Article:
In 2009 I started a 7 year journey building a drop off catering business that started primarily within the Chicago loop or downtown business district. As our company grew, we also opened stores in the Chicago suburbs, Washington DC and New York.
I had limited experience and learned so much from my partners, our CEO and Executive Chef, who both had significant catering experience and strongly believed in building this business, together we started a journey that created an amazing catering business and I believe was one of the best drop off food services in the city.
Of course all these drop off catering orders were delivered by our own team. This may not have been the only option but overall there were very few other options. There were no third parties, like DoorDash and outside of some courier services you were on your own to get your food out the door.
I have always loved the idea of self delivery, despite its obvious challenges, I always felt having ownership of the full customer service experience was worth the additional headaches. I saw it first hand with some brands that knew how to do it well, Potbelly Sandwiches Works, with our bike couriers, Pompei Bakery with up to 12 drivers per shift, and then later on with Jimmy Johns.
I am not going to bore you with what is already common knowledge, most brands don’t want to do delivery, and sourcing it out to other contractors is now the norm. I understand the immense challenges presented by short staffing and difficult hiring. It’s a lot of work, it creates uncertainty, and potentially inconsistency in our operations.
The pendulum often swings widely in one direction but sooner or later it finds an equilibrium. I believe we are now seeing the pendulum begin to swing back as operators are realizing and adjusting to a business model that is now dependent upon off premises sales to make profits.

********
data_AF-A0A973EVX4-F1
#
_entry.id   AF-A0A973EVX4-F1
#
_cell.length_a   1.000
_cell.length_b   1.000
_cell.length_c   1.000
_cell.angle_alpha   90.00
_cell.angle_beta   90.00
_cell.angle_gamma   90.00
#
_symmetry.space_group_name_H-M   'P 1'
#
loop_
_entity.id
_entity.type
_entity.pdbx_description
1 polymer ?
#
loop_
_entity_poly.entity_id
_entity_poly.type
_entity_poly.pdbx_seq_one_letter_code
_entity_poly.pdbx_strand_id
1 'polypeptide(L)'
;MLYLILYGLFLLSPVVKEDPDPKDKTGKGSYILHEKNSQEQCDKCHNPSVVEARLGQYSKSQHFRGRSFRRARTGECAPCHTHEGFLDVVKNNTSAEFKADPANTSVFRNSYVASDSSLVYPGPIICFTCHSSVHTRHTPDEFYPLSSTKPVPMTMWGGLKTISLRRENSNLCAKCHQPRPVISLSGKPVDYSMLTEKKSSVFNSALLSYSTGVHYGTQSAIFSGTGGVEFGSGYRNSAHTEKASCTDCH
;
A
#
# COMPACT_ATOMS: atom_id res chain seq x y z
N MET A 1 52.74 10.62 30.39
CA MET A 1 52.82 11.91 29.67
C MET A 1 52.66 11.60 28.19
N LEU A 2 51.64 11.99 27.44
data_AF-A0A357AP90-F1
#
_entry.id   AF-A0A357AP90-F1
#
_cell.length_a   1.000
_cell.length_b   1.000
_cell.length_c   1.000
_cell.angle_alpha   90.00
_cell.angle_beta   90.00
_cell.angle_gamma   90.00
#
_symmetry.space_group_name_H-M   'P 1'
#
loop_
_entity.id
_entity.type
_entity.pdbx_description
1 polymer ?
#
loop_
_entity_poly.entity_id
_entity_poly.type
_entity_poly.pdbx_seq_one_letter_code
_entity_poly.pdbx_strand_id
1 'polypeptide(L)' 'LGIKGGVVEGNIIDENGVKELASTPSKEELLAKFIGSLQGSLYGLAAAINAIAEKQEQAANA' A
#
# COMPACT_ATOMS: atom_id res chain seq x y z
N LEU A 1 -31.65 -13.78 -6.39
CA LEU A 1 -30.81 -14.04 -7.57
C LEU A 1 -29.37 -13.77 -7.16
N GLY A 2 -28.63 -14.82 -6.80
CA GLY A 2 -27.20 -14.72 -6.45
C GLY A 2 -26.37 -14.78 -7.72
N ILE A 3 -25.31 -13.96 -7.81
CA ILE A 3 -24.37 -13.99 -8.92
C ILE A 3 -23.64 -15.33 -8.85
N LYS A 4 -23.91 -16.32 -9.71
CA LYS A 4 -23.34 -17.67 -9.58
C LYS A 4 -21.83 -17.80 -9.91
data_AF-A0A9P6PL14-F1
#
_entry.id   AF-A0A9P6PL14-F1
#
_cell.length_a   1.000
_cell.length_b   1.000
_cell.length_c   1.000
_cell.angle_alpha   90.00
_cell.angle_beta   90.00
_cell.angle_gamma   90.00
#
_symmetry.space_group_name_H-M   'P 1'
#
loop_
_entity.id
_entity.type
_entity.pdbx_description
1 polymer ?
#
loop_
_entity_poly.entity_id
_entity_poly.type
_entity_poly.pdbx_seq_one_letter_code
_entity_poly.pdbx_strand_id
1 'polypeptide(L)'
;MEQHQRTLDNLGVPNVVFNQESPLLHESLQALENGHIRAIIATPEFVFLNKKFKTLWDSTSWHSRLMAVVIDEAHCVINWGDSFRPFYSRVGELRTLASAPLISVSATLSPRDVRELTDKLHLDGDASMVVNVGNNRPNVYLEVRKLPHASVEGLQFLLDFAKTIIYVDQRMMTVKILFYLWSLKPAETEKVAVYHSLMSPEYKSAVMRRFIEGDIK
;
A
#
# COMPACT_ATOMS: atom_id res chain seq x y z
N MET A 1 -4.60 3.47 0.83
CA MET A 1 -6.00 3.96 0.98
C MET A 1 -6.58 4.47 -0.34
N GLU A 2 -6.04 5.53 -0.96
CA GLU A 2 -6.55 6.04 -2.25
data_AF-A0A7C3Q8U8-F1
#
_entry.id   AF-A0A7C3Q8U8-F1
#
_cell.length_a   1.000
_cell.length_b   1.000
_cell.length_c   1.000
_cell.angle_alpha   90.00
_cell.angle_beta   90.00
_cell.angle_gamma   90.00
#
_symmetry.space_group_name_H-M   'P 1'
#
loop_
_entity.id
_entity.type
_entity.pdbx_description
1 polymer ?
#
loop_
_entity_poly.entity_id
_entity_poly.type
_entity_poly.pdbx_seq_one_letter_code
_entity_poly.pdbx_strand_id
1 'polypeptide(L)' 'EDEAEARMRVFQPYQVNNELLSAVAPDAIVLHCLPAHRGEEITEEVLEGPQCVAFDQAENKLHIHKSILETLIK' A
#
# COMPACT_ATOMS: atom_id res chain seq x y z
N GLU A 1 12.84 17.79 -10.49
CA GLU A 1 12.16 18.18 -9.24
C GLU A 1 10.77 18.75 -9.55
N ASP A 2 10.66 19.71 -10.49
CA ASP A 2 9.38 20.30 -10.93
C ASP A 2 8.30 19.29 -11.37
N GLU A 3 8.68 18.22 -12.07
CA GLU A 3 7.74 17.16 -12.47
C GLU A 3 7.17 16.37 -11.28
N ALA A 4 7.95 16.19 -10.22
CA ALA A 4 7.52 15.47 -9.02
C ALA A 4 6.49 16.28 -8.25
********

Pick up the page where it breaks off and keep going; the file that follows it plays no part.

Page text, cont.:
I believe there is still a viable case for contracted delivery, especially for standard delivery food orders. When it comes to catering orders I think there is a strong case to be made that you should do it yourself.
Anytime an employee of ours can get “cash” tips at their job it’s usually a good thing. I always enjoyed delivery, especially catering delivery because it has almost always had positive financial consequences for both my restaurants and my team members.
There are pros and cons to self delivery and I want to go through these. I also think that a hybrid system offers the best overall solution especially for restaurants with fewer, and more inconsistent sales patterns.
- Data ownership – Twenty years ago, this wasn’t an issue. But now, data is a big deal.
- I spent 14 months at Olo working with brands that were obsessing over collecting customer data but then didn’t think twice about giving it away to ezcater.
- Restaurant businesses want access to valuable customer information, order history and feedback. This data can be used to improve operations, build relationships and make informed business decisions.
- Increased control over delivery operations – It gives restaurants complete control over their delivery process.
- They are responsible for hiring and training drivers and the delivery experience itself.